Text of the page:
This week members of the European Parliament discussed the legal implications of the Digital Single Market strategy of the European Commission. Overall, the members welcome the strategy as a first step in removing trade barriers for businesses in the European Union (EU). The politicians expressed concern however about the current level of legal fragmentation in EU Member States. They wonder if the Digital Single Market strategy is sufficient to harmonize rules about digital issues throughout Europe without cooperation from the Member States.
European Parliament Committee on Legal Affairs
The European Parliament Committee on Legal Affairs is a Committee that has a wide variety of topics on its plate: from the protection of trade secrets to discussions on the revision of Summer time, it is clear that most of the Commission’s proposals should be discussed from a legal point of view. The Digital Single Market (DSM) Strategy , in which the European Commission has made a new legislative proposal to modernize the Digital Single Market, is no exception to this rule.
Discussion on the DSM
Yesterday, the Committee discussed the current state of affairs on the DSM Strategy. Many of its members welcome the plan of the Commission. For instance, Bulgarian Member of Parliament and rapporteur of the report Dzhambazki mentioned the importance of the removal of trade barriers so businesses can grow and competitiveness in the EU increases. MEPs of all political colours raised similar points.
Concerns were expressed as well. For example, as was pointed out by Ms. Gebhart (S&D), how does the DSM deal with specific regulations in Member States? The current level of legal fragmentation throughout the EU 28 Member States is a matter of concern to Ecommerce Europe as well: The association has long been asking for more harmonization of the rules for e-commerce throughout Europe, so that online shops can sell in another Member State without fear of breaking foreign laws. Ecommerce Europe views the Digital Single Market strategy as a good first step in the right direction to come to more legal certainty for businesses, but much more work remains to be done.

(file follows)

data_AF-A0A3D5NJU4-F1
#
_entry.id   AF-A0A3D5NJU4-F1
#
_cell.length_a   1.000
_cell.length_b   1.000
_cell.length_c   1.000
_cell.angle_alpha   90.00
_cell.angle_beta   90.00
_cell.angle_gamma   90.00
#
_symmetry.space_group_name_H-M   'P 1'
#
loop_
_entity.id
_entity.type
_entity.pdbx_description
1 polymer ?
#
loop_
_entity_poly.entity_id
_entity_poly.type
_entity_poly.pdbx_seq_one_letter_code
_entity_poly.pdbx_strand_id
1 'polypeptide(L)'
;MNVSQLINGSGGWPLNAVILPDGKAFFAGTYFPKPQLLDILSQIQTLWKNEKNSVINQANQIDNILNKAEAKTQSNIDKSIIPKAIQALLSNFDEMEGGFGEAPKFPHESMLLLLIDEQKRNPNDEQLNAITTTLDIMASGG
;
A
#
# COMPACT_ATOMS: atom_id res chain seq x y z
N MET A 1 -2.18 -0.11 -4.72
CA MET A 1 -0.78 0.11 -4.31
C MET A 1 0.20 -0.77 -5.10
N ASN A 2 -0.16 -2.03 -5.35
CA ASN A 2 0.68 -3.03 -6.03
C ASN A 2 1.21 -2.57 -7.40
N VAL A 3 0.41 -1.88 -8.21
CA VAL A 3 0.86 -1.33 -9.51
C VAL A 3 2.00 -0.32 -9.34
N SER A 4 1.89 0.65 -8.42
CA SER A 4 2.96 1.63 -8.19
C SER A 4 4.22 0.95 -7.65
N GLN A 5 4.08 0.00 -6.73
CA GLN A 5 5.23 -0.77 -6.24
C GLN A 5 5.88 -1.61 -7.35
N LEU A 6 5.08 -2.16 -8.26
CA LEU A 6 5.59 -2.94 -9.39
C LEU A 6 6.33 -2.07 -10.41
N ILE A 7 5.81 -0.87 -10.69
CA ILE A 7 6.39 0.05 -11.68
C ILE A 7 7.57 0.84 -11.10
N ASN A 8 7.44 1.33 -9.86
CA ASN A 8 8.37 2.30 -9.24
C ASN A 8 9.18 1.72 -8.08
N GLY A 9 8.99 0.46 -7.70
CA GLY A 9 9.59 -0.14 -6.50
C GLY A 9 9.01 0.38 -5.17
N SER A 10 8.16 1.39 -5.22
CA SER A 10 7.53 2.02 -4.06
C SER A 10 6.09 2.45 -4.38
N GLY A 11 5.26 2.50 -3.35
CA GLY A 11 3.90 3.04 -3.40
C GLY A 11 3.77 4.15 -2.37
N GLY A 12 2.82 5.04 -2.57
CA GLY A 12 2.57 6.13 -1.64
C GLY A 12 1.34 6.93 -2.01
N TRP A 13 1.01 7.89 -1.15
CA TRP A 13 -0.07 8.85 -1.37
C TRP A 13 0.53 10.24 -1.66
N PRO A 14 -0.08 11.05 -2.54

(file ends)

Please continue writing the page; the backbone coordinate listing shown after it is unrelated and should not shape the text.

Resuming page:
The deadline for further suggestions from the Committee has been prolonged until Monday the 21st of September, with a final presentation of the draft in the November Strasbourg session of the Parliament. Ecommerce Europe will closely monitor the process to ensure that the concerns and wishes of the European e-commerce sector are taken into account in the process. Moreover, Ecommerce Europe is in close contact with the European Commission to help shape legislation that is ready for the Digital Single Market of the future.
For more information about Ecommerce Europe’s priorities for a policy landscape that fosters e-commerce growth, please see the Ecommerce Europe Priority Paper (2015).